Over the years South Dakota has proven that hot and dry summers really are not that normal. Despite reading the Old Farmer’s Almanac, you never know what the warm months will bring. This year has been wetter than most. Some areas got too much of a good thing, resulting in flash floods and washed out roads. Tornadoes, wind and hail have also caused damage. Yet photographing the colossal clouds, lightning and general impressiveness of a South Dakota storm never seems to go out of style. Whether you are a professional storm chaser or an average Joe with a smart phone, getting a decent shot of the drama in the sky is a thrilling accomplishment.

I think part of it is the inherent danger. Lightning strikes, high wind and hail are life threatening at worst and white-knuckle nerve wracking at least. Modern day radar technology makes watching storm development easy, which helps predict where a storm will be. Knowing the terrain — where to find a good structure like a barn or a church to include in the photo for perspective and framing — is important. As with most really good photography, patience is also key. I’ve learned the best shots often come after the storm. Some of the most beautiful light ever seen is the early evening summer sun shooting through the last clouds of a passing storm.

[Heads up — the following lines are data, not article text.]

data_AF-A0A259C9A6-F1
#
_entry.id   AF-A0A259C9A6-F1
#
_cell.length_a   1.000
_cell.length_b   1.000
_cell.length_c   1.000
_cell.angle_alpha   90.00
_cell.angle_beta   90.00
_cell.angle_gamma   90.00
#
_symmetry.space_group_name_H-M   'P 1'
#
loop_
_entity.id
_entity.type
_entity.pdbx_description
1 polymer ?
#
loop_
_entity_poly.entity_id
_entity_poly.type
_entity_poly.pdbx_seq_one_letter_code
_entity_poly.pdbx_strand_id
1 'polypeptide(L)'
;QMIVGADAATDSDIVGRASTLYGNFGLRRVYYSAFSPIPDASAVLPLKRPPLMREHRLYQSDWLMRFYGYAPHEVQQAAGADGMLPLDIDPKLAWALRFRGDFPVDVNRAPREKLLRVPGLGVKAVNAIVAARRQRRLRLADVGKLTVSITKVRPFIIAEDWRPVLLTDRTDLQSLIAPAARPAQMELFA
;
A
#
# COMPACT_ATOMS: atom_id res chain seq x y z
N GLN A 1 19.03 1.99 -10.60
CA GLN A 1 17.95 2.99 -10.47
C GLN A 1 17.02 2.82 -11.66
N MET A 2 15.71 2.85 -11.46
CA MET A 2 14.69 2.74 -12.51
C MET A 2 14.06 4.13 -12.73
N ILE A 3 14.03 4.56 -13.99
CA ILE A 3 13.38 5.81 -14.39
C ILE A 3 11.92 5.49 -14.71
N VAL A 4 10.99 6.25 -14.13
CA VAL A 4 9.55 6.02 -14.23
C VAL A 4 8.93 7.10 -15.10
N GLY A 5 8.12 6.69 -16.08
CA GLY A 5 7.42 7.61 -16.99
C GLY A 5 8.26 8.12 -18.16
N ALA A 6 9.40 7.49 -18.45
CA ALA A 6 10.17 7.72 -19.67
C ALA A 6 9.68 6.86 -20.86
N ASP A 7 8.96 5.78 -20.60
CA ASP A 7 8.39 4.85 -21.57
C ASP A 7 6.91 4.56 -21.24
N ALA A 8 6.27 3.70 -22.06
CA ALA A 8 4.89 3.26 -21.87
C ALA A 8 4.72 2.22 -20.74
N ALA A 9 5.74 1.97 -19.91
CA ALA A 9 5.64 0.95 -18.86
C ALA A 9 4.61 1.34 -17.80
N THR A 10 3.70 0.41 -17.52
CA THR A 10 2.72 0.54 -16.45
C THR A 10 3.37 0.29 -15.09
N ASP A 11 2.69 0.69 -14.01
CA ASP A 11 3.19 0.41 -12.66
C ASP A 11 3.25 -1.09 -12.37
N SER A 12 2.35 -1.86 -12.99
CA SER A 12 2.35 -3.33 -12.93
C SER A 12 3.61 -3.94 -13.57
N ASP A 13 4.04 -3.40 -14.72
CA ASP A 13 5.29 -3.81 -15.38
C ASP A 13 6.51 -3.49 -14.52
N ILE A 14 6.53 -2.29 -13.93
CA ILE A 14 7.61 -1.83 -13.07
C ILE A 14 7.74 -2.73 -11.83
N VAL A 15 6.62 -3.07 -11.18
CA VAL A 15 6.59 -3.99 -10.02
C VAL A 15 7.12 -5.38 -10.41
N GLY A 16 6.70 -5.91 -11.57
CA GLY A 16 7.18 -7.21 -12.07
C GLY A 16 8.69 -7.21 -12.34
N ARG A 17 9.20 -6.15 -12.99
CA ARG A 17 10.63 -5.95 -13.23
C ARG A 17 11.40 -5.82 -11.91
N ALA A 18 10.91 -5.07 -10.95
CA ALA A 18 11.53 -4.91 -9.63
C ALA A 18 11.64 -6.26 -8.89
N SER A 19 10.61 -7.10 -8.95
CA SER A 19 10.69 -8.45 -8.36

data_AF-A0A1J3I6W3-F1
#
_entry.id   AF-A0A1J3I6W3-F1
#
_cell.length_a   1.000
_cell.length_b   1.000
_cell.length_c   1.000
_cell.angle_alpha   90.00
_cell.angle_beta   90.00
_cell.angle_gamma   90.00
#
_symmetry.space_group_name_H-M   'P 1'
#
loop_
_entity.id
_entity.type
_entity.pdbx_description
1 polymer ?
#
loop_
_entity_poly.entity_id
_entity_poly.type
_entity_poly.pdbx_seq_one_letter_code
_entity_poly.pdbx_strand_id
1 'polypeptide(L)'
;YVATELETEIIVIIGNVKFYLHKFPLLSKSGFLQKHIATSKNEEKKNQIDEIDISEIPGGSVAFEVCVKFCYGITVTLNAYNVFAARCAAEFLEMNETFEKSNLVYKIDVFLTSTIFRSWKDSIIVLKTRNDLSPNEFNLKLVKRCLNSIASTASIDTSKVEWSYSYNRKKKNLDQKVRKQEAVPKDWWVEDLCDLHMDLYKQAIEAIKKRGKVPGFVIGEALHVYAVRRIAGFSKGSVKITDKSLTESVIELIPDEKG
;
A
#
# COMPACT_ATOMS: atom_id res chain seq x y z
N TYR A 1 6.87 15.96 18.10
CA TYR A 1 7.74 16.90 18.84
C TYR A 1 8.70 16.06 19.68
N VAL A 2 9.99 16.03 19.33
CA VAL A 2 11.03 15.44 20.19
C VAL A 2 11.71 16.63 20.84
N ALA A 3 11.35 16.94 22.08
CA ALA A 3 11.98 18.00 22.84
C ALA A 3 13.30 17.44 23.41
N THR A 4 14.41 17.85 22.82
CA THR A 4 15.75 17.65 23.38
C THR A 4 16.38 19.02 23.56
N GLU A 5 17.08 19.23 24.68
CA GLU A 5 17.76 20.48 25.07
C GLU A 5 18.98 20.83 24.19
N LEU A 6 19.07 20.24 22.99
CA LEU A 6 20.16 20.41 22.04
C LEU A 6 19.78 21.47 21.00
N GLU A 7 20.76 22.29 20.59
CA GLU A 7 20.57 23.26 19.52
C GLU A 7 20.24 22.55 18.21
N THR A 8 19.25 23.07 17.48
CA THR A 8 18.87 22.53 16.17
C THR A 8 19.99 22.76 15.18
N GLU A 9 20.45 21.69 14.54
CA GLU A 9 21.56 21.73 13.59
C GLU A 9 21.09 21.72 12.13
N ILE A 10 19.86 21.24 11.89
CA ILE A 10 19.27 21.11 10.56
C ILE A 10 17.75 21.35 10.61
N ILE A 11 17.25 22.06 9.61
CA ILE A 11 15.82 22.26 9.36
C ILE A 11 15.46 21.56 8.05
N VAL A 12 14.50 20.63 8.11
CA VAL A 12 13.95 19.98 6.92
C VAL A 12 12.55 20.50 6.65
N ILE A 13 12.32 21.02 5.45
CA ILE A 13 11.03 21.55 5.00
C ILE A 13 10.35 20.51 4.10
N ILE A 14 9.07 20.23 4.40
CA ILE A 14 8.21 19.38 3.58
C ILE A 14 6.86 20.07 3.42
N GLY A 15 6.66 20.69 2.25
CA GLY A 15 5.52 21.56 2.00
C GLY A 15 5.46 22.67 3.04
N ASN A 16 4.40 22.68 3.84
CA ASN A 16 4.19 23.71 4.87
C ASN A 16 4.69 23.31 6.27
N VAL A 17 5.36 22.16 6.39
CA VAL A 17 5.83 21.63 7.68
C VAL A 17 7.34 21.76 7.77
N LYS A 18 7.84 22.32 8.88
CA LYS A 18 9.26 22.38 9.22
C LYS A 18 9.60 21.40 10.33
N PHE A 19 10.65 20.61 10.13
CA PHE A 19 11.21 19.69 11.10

People often ask me how to shoot lighting, but I don’t have great answers. My first attempts involved resting a Minolta film camera on a barbwire fence behind our farm as an August dry lightning storm passed overhead. Not smart. What I know now is that you need a tripod. You need to know your camera well enough to keep the exposure open as long as possible (without overexposing). Also, use a remote trigger and be persistent. I once had two cameras shooting time lapses of an approaching afternoon storm with significant lightning over Bear Butte. Out of over 1,400 frames only two caught lightning strikes.

A storm’s beauty is more than lightning and impressive cloud structures, though. The rolling thunder, the smell of rain on the wind and the first cool gust of air on a hot summer’s day can’t be captured with a photograph, but because of pursuing the photograph these things are captured in my experience and held in my memory. A good rainstorm will always be a thing of beauty to this South Dakotan.

Christian Begeman grew up in Isabel and now lives in Sioux Falls. When he's not working at Midcontinent Communications he is often on the road photographing South Dakota’s prettiest spots. Follow Begeman on his blog.

Comments

12:39 am - Wed, August 27 2014
kevin wright said:
Very Nice. I love them all but really love the photo of the clouds near Watertown

Share your thoughts, post a comment to this story:

Your Name:
Your Email Address:  
Your Website:
Comment:  
2000 characters remaining
Captcha
Web Design by LVSYS